Want to figure out how to best get from Pasadena to Burbank using public transit? There soon could be an app for that.
When it comes to traversing the disparate public transportation lines from Burbank to Glendale and on to Pasadena, all the maps, times, costs and routes can seem overwhelming. But local officials are working on a website that will offer residents a range of easy-to-decipher options based on user profiles.
Officials also plan to create a mobile application with a check-in feature as they attempt to make it easier for commuters to use public transit when traveling along the east-west corridor.
“We have lots of information about commuting in and out of downtown Los Angeles … it's travel information in the east-west direction that's missing,” said David Kriske, Burbank's deputy transportation planner.
Users of the site would create profiles selecting preferred forms of travel and when and where they plan to go. By using an underlying database of alternative travel options in the tri-city area — from the Glendale Beeline to the carpools based at Pasadena's large businesses — the website then generates commute options.
“Most people are creatures of habit. You have tunnel vision on how you commute. It's all routine-based,” said Derek Fretheim, president of Acire Inc., an Irvine-based firm building the website. “The hardest part is taking them out of their comfort zone, their routine.”
It doesn't help that there are multiple maps, websites and other places offering information about light rail, trains and buses, not to mention bike routes and related facilities, he said.
Officials hope to change all that by creating an easy-to-use, easy-to-understand website that does all the search work.
“This is really an opportunity for us to see how technology can really help us change the way we drive,” Fretheim said.
The site, projected to cost $754,000, is scheduled to launch at the end of the year, with plans to follow that up with a mobile application and a check-in option.
At first, the plan was to create the site just for Glendale, but it morphed into a regional program to have greater impact and reach. The project received $417,397 from the Los Angeles County Metropolitan Transportation Authority, with the remaining $337,390 to be split among Glendale, Burbank , Pasadena and Acire.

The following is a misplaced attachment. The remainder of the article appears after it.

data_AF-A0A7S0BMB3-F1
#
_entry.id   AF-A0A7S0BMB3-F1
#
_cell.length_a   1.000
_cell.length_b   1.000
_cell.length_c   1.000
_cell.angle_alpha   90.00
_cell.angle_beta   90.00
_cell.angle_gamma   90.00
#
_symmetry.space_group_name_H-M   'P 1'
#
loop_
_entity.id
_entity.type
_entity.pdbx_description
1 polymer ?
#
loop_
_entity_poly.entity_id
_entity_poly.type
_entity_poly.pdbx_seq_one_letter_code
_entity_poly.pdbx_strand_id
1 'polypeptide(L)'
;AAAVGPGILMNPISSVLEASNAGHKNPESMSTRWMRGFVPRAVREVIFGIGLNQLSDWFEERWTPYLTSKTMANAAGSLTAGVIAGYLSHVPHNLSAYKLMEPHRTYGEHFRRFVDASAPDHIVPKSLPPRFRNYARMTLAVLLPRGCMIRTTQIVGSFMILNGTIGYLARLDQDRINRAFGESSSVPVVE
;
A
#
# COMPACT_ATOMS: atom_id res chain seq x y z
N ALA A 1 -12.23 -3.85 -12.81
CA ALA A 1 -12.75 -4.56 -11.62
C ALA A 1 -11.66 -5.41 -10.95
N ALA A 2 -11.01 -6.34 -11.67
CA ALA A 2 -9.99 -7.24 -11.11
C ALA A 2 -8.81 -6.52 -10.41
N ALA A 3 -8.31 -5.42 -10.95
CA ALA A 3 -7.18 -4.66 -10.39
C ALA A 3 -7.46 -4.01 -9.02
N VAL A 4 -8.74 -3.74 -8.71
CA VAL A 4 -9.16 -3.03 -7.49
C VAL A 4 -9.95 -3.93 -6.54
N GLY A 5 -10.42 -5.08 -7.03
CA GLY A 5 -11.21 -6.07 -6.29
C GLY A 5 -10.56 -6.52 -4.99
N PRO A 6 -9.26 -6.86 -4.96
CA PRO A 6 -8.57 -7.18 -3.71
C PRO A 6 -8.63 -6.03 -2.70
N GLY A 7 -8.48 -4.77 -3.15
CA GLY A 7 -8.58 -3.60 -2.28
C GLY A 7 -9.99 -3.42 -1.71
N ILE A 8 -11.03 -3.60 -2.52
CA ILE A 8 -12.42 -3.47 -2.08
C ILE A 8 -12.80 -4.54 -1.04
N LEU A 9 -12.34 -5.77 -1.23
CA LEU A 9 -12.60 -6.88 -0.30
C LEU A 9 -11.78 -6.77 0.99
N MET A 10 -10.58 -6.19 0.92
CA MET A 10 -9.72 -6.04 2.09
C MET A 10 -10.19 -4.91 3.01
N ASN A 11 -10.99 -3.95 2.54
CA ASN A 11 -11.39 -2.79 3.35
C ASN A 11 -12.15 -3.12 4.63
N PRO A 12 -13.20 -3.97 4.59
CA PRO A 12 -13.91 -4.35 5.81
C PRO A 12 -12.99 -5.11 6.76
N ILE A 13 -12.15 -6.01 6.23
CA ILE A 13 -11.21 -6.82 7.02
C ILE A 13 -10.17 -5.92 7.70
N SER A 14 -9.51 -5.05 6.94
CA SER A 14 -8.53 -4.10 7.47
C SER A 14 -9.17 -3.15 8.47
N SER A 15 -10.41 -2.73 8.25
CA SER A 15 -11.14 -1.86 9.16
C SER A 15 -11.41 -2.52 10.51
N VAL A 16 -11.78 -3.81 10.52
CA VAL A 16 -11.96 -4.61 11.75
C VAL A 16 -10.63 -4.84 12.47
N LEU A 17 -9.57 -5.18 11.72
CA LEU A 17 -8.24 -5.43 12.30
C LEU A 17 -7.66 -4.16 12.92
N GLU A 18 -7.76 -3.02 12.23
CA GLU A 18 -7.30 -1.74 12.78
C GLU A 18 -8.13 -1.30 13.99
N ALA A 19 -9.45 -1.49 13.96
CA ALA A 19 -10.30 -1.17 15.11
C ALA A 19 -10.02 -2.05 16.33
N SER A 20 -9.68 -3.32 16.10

Glendale — the lead agency on what is for now called the Arroyo Verdugo Commuter Management System — approved the arrangement on Tuesday. A new name is in the works.
For Pasadena, the website will make it easier for businesses to follow the city's traffic-reduction ordinance, which requires new developments of larger than 75,000 square feet to provide incentives for employees to carpool or use public transportation, said Traffic Administrator Mark Yamarone.
Businesses often don't hire a transportation coordinator to figure out alternatives for employees, but that's where the new website could be useful, he added.
“We sort of just recognized right away what a benefit that will be,” Yamarone said.
So did Metro, said Rufina Juarez, a transit project manager for the country transportation agency.
“This project is very innovative,” she said.
And it's not just for work commuters, Fretheim said. For example, if going to the Rose Bowl, users of the website could input details about the trip and get information on who else nearby also might be driving there to coordinate a carpool.
There have been other sites that create transportation routes, such as www.hopstop.com, but none in the same personalized way, Fretheim said.
The goal is to change how people travel — even if just a little bit, Fretheim said. If that happens, the site could be expanded to other cities.
“It might be pie in the sky, it might be ambitious, but you never know until you start,” he said.